For starters, the offense looks like it's going to be a two-headed monster featuring fifth-year senior Joe Bauserman and freshman Braxton Miller.

OFFENSE

Who is the quarterback?

For starters, it looks like it's going to be a two-headed monster featuring fifth-year senior Joe Bauserman and freshman Braxton Miller. Whether it's critical that one emerge over the other remains to be seen, but prematurely losing the services of three-year starter Terrelle Pryor - regardless of one's opinion of his actions off the field - was a blow. He delivered some big plays, especially with his feet. Miller has shown the potential to do the same, but grasping the entire offense will be his challenge.

Who will catch the ball?

The quarterback position isn't the only major question mark on offense. One of last year's starting receivers, Dane Sanzenbacher, is now in the NFL and the other, senior DeVier Posey, is suspended for the first five games. The team is looking for Corey Brown to step up, and he showed promise in the preseason, as did Verlon Reed, a former high-school quarterback, and Chris Fields. Also look for freshmen Devin Smith and Evan Spencer to get serious looks.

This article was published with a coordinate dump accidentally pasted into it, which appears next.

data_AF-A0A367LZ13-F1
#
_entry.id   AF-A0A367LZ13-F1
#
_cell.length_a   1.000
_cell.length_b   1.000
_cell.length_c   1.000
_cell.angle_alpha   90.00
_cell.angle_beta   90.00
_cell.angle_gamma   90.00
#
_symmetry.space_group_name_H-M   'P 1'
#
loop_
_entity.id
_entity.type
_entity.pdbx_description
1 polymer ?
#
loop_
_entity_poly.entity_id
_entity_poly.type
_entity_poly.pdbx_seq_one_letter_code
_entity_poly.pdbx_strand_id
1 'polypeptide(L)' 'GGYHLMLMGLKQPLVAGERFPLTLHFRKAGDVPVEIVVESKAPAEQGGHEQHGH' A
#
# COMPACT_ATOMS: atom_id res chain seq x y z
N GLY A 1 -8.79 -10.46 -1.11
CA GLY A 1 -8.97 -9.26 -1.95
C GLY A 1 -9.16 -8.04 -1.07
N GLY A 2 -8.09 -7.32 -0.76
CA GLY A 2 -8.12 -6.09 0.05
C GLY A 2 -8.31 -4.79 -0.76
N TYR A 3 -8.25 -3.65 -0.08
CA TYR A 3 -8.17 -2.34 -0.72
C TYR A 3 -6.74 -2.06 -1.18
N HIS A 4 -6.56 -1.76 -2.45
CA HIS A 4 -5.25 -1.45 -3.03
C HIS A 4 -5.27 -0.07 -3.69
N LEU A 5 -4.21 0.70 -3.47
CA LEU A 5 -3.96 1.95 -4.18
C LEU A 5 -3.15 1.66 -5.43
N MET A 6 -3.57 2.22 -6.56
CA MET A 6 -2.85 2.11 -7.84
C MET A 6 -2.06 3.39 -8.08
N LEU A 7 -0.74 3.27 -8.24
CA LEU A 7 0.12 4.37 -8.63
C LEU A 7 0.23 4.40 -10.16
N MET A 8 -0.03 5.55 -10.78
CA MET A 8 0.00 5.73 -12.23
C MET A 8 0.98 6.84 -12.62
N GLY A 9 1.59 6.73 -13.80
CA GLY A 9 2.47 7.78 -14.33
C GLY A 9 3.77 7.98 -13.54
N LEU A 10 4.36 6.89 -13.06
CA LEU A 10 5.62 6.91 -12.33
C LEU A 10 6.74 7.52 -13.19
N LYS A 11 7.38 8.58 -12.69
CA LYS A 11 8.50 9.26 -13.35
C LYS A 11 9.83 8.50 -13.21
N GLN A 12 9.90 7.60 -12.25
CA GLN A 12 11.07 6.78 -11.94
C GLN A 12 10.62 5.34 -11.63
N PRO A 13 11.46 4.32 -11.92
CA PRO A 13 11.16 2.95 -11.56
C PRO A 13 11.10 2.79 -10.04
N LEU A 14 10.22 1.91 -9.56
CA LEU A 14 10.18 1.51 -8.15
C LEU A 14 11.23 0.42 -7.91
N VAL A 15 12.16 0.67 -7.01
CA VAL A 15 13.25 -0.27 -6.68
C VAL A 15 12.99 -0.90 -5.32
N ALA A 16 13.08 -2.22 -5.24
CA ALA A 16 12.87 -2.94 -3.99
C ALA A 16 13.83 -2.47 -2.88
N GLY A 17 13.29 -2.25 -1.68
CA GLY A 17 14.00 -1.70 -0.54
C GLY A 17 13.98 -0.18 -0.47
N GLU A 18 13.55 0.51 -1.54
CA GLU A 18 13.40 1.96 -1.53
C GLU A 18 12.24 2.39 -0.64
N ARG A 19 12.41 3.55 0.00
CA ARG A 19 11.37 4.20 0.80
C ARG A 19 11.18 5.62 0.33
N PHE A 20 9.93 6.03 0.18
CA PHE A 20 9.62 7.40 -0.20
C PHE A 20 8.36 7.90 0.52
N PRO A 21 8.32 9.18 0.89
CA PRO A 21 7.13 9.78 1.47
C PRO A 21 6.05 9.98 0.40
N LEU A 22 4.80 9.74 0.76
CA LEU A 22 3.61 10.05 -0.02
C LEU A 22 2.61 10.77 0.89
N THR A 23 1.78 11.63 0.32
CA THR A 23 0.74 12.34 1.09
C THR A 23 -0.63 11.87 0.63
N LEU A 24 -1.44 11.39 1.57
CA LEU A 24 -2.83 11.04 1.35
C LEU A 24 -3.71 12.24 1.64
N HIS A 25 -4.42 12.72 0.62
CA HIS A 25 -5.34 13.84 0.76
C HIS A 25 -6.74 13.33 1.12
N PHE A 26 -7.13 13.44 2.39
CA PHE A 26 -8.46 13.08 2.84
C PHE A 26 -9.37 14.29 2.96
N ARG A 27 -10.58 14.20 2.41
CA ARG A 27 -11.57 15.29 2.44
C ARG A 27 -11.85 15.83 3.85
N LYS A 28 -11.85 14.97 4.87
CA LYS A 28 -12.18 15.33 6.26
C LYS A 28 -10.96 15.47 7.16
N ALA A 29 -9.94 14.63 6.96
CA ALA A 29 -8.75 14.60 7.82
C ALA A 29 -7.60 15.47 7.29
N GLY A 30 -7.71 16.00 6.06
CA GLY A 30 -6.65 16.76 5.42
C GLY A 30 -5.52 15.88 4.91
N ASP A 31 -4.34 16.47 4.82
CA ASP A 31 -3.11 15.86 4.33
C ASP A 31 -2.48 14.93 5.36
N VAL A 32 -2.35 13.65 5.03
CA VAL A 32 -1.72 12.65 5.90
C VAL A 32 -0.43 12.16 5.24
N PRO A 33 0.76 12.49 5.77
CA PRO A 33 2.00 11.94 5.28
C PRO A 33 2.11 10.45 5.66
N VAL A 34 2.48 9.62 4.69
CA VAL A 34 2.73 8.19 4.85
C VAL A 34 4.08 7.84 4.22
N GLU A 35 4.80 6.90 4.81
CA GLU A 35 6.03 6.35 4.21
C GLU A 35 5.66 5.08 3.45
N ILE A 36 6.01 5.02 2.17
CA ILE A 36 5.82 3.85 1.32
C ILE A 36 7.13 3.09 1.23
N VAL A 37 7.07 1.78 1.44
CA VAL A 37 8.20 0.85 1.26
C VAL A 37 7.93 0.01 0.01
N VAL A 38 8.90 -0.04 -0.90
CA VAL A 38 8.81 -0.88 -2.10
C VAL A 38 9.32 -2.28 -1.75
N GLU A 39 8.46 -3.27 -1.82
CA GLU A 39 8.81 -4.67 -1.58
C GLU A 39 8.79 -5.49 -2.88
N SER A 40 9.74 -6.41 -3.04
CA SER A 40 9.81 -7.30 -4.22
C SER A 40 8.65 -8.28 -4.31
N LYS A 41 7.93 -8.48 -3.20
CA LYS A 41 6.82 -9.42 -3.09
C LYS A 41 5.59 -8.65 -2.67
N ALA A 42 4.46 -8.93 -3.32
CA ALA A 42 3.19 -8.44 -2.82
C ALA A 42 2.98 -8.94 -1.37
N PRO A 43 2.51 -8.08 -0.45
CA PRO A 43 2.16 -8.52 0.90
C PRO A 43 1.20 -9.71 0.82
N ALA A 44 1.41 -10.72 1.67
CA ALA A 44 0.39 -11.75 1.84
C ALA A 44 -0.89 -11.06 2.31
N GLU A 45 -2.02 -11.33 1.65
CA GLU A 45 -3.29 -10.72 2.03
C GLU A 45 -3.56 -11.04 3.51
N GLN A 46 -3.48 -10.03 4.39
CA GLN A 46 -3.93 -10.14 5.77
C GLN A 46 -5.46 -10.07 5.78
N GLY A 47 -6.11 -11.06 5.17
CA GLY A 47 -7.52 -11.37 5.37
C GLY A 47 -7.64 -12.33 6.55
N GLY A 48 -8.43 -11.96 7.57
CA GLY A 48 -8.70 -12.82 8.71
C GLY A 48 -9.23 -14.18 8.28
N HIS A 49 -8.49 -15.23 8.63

Is it finally tight end time?

You can't spell the word tease without "TE," and for some time that's all the idea of throwing to the tight end has been in the OSU game plan. But with two veterans - Jake Stoneburner and Reid Fragel - who have proven they can catch the ball as well as block, and with two promising freshmen in Jeff Heuerman and Nick Vannett, TE might stand for the essential part of the passing game this year. And remember, nobody covers the tight end consistently in college football.

Who's the leader of RB posse?